View details for DOI 10.3390/v8020048

    View details for PubMedID 26875985

  • HIV-1 drug resistance and resistance testing. Infection, genetics and evolution : journal of molecular epidemiology and evolutionary genetics in infectious diseases Clutter, D. S., Jordan, M. R., Bertagnolio, S., Shafer, R. W. 2016

    Abstract

    The global scale-up of antiretroviral (ARV) therapy (ART) has led to dramatic reductions in HIV-1 mortality and incidence. However, HIV drug resistance (HIVDR) poses a potential threat to the long-term success of ART and is emerging as a threat to the elimination of AIDS as a public health problem by 2030. In this review we describe the genetic mechanisms, epidemiology, and management of HIVDR at both individual and population levels across diverse economic and geographic settings. To describe the genetic mechanisms of HIVDR, we review the genetic barriers to resistance for the most commonly used ARVs and describe the extent of cross-resistance between them. To describe the epidemiology of HIVDR, we summarize the prevalence and patterns of transmitted drug resistance (TDR) and acquired drug resistance (ADR) in both high-income and low- and middle-income countries (LMICs). We also review to two categories of HIVDR with important public health relevance: (i) pre-treatment drug resistance (PDR), a World Health Organization-recommended HIVDR surveillance metric and (ii) and pre-exposure prophylaxis (PrEP)-related drug resistance, a type of ADR that can impact clinical outcomes if present at the time of treatment initiation. To summarize the implications of HIVDR for patient management, we review the role of genotypic resistance testing and treatment practices in both high-income and LMIC settings. In high-income countries where drug resistance testing is part of routine care, such an understanding can help clinicians prevent virological failure and accumulation of further HIVDR on an individual level by selecting the most efficacious regimens for their patients. Although there is reduced access to diagnostic testing and to many ARVs in LMIC, understanding the scientific basis and clinical implications of HIVDR is useful in all regions in order to shape appropriate surveillance, inform treatment algorithms, and manage difficult cases.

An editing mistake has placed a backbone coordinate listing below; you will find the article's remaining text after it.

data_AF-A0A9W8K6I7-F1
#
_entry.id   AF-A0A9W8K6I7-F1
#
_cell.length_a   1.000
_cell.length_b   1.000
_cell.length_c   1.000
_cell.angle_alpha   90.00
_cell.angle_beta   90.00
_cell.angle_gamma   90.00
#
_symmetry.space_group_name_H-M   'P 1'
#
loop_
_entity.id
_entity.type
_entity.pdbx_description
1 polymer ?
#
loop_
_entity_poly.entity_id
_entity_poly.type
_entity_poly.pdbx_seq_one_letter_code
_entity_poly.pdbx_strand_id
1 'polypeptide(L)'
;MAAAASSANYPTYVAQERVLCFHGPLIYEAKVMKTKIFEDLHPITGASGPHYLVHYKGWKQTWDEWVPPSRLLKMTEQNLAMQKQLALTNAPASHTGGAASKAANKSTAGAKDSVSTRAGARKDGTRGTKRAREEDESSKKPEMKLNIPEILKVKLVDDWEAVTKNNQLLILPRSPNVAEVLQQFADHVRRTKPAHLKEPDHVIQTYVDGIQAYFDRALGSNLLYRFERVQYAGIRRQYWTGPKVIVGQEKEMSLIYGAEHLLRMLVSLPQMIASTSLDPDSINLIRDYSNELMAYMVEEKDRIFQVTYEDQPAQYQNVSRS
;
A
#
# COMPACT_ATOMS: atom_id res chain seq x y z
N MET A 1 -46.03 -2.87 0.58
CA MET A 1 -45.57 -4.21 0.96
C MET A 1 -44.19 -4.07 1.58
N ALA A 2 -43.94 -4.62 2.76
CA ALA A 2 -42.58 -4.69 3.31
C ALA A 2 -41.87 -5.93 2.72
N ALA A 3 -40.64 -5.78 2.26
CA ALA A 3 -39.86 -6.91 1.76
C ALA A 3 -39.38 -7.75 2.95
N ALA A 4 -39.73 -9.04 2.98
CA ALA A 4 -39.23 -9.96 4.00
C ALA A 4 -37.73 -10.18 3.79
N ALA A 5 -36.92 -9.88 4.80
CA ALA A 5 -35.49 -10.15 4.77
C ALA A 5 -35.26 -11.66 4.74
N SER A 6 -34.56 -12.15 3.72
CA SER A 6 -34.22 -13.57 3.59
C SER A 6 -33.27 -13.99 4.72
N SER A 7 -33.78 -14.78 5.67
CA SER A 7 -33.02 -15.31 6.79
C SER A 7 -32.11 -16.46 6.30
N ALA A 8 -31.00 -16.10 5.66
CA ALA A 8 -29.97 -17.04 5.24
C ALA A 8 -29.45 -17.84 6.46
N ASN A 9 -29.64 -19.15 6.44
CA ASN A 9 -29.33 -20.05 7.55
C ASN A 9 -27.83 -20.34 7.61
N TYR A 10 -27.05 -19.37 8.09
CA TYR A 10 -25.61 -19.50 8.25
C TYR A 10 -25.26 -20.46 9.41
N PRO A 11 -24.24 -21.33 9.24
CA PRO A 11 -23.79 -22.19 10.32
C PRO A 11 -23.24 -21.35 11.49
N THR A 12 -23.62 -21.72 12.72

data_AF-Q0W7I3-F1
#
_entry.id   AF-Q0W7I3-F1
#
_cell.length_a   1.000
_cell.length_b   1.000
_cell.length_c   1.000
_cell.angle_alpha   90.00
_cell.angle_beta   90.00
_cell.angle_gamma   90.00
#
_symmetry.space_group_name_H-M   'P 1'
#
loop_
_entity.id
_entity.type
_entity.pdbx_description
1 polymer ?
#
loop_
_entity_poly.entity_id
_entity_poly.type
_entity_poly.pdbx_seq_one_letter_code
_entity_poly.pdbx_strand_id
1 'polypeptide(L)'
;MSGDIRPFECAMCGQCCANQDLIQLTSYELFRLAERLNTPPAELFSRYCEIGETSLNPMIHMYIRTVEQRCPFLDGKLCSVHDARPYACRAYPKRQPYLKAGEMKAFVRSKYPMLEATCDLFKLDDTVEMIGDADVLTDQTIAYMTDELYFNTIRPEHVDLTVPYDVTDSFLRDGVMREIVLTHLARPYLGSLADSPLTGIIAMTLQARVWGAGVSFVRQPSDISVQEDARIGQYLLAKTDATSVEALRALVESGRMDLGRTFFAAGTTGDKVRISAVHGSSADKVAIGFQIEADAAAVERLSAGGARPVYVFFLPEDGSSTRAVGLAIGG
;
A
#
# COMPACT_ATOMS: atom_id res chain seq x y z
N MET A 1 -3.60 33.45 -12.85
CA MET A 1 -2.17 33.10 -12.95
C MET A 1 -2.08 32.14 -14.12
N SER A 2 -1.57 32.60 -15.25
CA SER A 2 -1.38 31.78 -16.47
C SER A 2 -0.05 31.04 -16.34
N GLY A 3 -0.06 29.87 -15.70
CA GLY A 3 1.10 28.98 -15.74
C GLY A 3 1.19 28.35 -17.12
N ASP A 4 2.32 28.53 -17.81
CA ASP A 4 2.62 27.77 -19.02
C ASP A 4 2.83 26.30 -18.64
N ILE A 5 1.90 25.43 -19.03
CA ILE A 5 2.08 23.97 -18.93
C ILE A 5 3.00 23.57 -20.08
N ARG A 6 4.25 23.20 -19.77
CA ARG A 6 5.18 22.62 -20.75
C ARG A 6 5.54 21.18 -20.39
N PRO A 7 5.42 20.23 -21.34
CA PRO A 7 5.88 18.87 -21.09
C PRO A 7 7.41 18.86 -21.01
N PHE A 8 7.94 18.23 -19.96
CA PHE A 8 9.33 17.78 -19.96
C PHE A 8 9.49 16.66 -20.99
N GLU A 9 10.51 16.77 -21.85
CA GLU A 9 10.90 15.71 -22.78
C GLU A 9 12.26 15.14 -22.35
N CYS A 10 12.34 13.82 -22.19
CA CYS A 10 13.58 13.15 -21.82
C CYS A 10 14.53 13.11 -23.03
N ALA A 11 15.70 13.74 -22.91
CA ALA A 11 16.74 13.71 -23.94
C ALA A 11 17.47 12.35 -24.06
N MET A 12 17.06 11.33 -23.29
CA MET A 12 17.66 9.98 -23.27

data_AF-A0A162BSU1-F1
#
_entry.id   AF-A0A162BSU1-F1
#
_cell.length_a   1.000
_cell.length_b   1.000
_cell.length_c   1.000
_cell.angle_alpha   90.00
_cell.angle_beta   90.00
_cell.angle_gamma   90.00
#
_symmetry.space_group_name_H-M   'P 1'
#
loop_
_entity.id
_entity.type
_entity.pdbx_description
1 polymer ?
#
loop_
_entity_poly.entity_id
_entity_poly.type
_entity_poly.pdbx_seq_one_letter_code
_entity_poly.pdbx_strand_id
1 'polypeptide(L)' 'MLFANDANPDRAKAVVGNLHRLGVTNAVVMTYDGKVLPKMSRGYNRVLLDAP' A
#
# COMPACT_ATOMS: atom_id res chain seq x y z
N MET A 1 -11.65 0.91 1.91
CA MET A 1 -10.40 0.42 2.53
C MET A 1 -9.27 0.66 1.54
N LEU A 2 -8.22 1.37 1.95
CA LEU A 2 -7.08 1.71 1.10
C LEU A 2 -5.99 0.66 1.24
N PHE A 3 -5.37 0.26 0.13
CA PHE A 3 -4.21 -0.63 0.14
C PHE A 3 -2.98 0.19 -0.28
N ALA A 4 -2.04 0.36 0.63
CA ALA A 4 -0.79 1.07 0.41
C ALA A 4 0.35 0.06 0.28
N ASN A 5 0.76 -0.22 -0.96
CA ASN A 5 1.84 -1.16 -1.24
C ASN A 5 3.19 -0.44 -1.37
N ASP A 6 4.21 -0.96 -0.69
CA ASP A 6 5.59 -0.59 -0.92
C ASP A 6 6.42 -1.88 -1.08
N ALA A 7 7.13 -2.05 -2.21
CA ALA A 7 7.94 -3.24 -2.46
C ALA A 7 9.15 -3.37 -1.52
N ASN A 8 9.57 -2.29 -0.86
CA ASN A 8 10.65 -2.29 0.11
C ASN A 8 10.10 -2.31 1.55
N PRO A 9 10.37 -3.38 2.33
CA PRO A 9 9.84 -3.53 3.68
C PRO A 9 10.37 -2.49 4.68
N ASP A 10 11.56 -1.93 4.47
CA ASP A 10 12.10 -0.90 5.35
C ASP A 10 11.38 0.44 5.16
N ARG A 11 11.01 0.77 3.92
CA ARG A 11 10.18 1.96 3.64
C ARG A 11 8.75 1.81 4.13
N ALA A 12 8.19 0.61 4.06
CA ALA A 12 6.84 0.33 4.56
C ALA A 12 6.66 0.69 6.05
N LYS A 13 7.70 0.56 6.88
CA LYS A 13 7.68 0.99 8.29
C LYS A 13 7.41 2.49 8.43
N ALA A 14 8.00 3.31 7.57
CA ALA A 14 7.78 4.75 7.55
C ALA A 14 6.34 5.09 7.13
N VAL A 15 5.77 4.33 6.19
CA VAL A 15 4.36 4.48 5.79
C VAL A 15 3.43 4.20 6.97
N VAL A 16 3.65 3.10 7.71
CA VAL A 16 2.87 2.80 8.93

View details for DOI 10.1016/j.meegid.2016.08.031

    View details for PubMedID 27587334

  • Fidaxomicin versus Conventional Antimicrobial Therapy in 59 Recipients of Solid Organ and Hematopoietic Stem Cell Transplantation with Clostridium difficile-Associated Diarrhea ANTIMICROBIAL AGENTS AND CHEMOTHERAPY Clutter, D. S., Dubrovskaya, Y., Merl, M. Y., Teperman, L., Press, R., Safdar, A. 2013; 57 (9): 4501-4505

    Abstract